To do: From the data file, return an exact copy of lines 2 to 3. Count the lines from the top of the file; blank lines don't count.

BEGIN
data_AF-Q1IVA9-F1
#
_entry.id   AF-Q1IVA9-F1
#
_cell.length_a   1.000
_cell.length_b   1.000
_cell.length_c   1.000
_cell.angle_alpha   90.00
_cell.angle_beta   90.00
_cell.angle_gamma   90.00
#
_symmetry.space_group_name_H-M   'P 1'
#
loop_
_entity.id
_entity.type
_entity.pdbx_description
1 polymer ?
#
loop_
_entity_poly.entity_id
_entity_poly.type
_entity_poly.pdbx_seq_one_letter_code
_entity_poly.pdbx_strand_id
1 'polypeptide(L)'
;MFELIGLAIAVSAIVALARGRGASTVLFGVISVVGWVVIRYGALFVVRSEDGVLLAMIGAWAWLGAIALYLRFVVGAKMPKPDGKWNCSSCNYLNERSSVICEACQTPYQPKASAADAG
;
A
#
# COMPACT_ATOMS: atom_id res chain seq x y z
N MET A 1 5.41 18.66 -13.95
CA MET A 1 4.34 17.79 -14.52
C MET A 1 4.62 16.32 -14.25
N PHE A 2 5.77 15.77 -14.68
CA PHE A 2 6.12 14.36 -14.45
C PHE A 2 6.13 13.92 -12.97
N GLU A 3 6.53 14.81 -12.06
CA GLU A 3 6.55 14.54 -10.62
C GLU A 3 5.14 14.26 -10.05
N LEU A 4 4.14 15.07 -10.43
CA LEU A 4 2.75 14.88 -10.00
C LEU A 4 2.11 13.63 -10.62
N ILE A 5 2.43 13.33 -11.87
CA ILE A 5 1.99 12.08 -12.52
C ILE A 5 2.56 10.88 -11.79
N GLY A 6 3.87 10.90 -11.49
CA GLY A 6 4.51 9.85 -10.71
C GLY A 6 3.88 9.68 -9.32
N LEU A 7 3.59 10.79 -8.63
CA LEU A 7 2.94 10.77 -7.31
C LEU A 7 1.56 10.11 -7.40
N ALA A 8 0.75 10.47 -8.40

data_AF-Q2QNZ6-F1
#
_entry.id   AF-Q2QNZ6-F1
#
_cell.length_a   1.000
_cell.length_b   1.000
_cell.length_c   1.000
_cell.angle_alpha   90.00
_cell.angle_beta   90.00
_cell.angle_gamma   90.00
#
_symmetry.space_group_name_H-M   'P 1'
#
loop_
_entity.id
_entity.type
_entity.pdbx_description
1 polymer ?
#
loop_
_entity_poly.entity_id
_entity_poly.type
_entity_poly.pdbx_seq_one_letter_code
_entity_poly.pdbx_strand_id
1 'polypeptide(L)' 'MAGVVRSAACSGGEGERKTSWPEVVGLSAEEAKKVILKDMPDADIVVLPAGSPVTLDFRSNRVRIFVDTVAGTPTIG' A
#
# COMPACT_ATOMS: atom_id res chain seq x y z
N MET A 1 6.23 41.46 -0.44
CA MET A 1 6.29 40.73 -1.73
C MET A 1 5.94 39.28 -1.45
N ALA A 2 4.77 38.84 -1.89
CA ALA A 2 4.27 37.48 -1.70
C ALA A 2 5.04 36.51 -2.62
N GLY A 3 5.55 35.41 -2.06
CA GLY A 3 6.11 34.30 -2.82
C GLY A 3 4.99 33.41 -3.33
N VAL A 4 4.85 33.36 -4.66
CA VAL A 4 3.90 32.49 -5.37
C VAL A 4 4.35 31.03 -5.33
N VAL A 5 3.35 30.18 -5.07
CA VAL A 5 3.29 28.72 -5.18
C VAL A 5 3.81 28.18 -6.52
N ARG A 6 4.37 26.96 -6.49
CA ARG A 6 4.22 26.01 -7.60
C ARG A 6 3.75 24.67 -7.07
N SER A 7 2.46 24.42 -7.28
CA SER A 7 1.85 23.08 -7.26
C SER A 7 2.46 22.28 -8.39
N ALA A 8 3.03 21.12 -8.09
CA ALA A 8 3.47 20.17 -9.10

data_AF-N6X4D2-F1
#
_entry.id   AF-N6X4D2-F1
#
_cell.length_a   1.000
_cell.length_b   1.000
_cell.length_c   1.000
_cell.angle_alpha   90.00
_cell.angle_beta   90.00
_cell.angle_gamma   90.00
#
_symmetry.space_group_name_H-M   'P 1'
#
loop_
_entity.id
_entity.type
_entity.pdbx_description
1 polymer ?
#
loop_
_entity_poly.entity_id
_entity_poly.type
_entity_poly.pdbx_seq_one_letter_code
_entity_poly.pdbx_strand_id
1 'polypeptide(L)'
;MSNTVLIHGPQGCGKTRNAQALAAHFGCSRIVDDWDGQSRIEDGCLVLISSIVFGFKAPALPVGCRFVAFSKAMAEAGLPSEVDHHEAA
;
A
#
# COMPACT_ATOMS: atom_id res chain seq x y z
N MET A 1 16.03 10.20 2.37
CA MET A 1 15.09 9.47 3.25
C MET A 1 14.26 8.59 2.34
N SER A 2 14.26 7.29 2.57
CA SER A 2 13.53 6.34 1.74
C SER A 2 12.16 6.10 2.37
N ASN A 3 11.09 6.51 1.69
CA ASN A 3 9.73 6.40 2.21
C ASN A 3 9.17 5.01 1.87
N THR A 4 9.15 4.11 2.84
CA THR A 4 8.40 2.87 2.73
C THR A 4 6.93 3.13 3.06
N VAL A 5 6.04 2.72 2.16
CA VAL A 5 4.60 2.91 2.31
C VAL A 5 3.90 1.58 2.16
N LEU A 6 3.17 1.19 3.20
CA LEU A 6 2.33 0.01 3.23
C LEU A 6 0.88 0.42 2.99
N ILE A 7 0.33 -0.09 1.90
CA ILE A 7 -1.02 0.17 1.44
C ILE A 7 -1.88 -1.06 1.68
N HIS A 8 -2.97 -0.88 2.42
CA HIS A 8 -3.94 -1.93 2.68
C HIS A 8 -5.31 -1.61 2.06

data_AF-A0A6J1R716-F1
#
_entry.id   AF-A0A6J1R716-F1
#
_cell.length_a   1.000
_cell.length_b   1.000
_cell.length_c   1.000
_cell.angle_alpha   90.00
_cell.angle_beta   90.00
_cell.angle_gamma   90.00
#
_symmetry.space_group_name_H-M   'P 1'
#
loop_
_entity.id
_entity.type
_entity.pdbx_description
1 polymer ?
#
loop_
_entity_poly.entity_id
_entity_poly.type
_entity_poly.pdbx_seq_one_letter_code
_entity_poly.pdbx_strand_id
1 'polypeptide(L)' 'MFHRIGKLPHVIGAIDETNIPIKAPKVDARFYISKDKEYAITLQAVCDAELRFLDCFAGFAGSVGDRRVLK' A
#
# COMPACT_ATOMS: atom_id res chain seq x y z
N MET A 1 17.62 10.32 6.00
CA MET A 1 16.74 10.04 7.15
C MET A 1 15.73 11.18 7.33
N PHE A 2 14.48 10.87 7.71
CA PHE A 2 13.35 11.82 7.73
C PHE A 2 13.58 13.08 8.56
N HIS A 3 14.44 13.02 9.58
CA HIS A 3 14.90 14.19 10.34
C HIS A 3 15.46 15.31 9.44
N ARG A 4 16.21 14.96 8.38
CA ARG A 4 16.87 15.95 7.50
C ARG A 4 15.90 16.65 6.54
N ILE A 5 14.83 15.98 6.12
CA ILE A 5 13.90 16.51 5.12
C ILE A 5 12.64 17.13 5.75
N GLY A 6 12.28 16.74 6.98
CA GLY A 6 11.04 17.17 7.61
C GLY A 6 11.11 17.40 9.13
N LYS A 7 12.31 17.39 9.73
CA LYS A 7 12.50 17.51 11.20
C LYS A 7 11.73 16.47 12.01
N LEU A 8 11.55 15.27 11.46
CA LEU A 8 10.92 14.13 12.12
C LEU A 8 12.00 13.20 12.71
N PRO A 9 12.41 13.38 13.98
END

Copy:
#
_entry.id   AF-Q1IVA9-F1